Domestic Union Cards™ are picture identification cards that entitle couples to legal status and rights equal to married couples on the basis of a legal affidavit that its holders are common-law spouses. They serve as legal proof of couples’ status as common-law spouses in most institutions in Israel and many abroad. Domestic Union Cards™ provide an egalitarian alternative to orthodox religious marriage that discriminates against women in status and rights by circumventing the religious jurisdiction over the couple. Because the only recognized marriages in Israel are Orthodox religious unions by a man and a woman of the same religion and nationality, or foreign civil marriages, Domestic Union Card’s™ are not recognized as marriage. Domestic Union Cards™ do not change your official marital status and holders are listed as ‘single’ in the Interior Ministry.
New Family will issue Domestic Union Cards™ to two adult partners of any gender, religion or nationality that meet the legal definition of common-law spouses in Israel. The couple must live together and share financial responsibilities as a family unit. They must declare their exclusive commitment to one another and affirm that they are not married to anybody else and do not share a household with a different partner in a legal affidavit signed in front of one of New Family’s attorneys. The partners are photographed separately and issued their individual picture ID’s on the spot.
Domestic Union Cards™ are recognized in most of Israel’s government institutions and many private institutions, including social security, government ministries, municipal governments, health clinics, hospitals, the post office, banks, insurance companies, colleges and universities, health clubs, national parks and recreational facilities. Common-Law couples are often referred by government agencies to New Family to get Common-Law Domestic Union Card’s™ to prove their eligibility for status and rights as a family.
Domestic Union Cards™ can help non-Israeli spouses get legal status in Israel on the basis of their common-law relationship and assist in the process of attaining residency status for a foreign spouse by substantiating their claims of a genuine relationship. The Ministry of the Interior grants legal status to foreign spouses of couples they believe to be in an authentic relationship regardless of the couple’s marital status. Residency and naturalization processes take 5-7 years, with a longer process for common-law couples than for married couples. A foreign civil marriage does not automatically guarantee that the foreign spouse will get legal status in Israel if the Interior Ministry is not convinced that the relationship is genuine, and it does not necessarily help your case to marry abroad.
If a couple that holds Domestic Union Cards™ separates, they must inform New Family of their change in status. They are also obligated to inform the relevant government authorities of their change in status if they are receiving benefits as a couple or if one of the spouses is in the process of immigration or naturalization on the basis of their status as a couple. No divorce procedure is required, and the couple does not need to inform any religious authorities.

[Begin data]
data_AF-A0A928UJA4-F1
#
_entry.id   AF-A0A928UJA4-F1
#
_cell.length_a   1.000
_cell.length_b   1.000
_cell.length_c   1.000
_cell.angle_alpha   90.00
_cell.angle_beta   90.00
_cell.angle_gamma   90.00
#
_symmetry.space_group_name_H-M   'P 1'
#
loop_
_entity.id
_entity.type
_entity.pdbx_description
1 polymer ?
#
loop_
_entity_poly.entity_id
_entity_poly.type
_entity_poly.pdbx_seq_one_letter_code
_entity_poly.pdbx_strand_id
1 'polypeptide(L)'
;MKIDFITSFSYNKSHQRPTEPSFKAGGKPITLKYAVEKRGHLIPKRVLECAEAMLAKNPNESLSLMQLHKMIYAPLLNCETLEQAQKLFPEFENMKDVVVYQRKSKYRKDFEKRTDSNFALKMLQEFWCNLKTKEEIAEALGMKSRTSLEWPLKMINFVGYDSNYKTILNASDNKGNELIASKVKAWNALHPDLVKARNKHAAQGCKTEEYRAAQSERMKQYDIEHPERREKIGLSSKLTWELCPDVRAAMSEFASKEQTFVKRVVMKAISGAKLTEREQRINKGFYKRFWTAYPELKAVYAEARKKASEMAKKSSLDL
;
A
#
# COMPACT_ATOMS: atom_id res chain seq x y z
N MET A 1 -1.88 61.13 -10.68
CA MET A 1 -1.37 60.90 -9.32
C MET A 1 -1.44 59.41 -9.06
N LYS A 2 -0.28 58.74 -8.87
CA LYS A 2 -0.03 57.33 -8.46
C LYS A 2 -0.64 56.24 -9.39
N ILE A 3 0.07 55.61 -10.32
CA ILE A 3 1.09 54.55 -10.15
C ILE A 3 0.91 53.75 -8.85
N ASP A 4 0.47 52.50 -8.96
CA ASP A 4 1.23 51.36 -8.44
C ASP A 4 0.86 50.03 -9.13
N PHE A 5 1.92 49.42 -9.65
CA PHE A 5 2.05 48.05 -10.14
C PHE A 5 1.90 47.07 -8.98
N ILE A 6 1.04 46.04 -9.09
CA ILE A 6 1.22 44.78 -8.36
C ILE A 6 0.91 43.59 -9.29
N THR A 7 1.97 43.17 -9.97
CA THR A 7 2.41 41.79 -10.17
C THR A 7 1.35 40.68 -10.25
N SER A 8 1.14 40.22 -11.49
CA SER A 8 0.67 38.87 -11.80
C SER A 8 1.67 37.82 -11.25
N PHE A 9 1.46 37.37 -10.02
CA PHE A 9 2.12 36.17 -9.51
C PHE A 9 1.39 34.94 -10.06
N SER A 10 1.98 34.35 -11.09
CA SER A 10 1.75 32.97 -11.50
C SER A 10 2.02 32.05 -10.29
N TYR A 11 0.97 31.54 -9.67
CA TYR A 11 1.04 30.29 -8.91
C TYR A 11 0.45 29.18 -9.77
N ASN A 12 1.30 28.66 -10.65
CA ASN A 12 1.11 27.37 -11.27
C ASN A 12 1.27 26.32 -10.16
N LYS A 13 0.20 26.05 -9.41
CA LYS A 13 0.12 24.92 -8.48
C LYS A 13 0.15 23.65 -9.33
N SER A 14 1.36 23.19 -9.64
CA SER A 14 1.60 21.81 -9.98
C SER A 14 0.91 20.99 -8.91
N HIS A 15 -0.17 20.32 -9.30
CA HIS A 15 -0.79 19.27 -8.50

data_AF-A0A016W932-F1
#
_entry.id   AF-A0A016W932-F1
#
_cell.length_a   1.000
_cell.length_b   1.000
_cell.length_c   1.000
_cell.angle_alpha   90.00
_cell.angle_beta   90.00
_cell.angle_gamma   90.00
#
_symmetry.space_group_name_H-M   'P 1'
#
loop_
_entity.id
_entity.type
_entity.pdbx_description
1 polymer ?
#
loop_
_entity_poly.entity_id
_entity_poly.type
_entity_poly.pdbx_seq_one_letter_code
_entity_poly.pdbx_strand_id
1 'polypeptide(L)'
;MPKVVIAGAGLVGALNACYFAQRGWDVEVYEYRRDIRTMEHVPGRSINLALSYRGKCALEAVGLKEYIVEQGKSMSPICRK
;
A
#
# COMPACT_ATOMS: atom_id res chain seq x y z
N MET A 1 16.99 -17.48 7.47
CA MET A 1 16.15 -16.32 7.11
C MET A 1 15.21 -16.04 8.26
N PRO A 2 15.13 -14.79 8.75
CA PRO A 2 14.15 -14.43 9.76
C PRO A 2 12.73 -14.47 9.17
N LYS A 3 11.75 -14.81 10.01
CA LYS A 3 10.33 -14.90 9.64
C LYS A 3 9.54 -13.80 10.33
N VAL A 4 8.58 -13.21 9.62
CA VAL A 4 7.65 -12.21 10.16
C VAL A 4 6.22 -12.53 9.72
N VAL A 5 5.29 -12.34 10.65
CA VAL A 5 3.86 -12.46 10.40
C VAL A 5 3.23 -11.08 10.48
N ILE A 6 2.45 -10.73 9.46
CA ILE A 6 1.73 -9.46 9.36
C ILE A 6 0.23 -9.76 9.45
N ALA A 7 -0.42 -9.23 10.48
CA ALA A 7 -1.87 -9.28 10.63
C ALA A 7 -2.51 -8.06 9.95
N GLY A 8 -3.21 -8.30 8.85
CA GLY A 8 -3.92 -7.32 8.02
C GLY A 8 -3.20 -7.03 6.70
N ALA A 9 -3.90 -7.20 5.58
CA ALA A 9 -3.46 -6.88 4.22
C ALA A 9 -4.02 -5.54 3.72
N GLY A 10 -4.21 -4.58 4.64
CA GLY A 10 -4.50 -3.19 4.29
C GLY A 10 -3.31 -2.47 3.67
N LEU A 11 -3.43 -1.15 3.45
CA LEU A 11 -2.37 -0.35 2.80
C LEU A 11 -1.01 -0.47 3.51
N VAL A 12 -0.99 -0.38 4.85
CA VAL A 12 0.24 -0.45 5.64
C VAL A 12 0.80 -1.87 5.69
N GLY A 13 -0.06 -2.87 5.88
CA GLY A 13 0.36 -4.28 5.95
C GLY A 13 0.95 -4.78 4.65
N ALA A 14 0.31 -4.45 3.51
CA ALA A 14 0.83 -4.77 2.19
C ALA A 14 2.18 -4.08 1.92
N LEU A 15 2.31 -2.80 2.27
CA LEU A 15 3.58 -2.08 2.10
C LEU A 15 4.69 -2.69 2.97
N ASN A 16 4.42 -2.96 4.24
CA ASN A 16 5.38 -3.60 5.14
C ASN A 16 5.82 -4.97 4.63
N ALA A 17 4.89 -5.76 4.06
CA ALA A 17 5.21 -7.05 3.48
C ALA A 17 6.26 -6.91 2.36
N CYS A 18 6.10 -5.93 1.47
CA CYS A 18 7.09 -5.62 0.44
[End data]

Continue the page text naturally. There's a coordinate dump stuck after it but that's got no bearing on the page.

Domestic Union Cards™ are recognized internationally as a legal affidavit. Domestic Union Cards™ can also be issued in English. They can be used in foreign countries to prove your status as a couple, for example, if you plan to work or study abroad and need to prove that your spouse should be given a visa or campus housing, or if you want to get visas or status together as a family elsewhere in the world.
Domestic Union Cards™ received an international prize for exemplary legal innovation. In January 2009, New Family became the first Israeli organization to win the Hubbard One Marketing Initiative of the Year when the Domestic Union Cards™ was chosen as the most outstanding legal marketing initiative of 2009.
The following is a non-exhaustive sample list of uses of Domestic Union Card’s™ in Israel’s institutions.
§ Picking up partner’s mail.
§ Paying bills for your partner.
Ministry of the Interior:
§ Substantiating eligibility for foreign spouses to gain legal status as a resident of Israel on the basis of a common-law relationship.
Health clinics (Kupat Holim) & Hospitals:
§ Getting prescriptions for your partner.
§ Getting medical information about your partner.
§ Making appointments for your partner.
§ Being consulted about medical decisions in case of emergency.
§ Being admitted to your partner’s hospital room or medical procedure.
§ Eligibility for fertility treatments as a couple.
§ Being admitted into the delivery room if your female partner gives birth to a baby.
§ Easing the burden of proof of paternity if you’re not married to your child’s mother.
Social Security (Bituach Leumi):
§ Proving eligibility for inheritance and survivors benefits in case of death of partner.
§ Proving eligibility to share maternity leave.
Ministry of Housing:
§ Proving eligibility for public housing or a subsidized mortgage like a married couple.
Ministry of Transportation:
§ Transferring ownership over a car to your partner without being considered a new owner, the maintaining car’s value.
§ Getting information about partner’s drivers license.
§ Reductions in inheritance taxes for sharing with your partner.
§ Transferring property rights on your shared home to your partner without taxes.
§ Proving eligibility for a mortgage as a couple.
§ Getting information or being a signatory on a shared account.
Local Government (Iriah/Moatza):
§ Eligibility for family discounts
§ Parking permits as a family.
§ Paying partners’ property taxes (arnona) and bills.
§ Recognition as your partner for life insurance purposes.
§ Eligibility for family memberships.
Colleges and Universities
§ Proving eligibility for married-student housing. (Conditional on individual institution’s policy)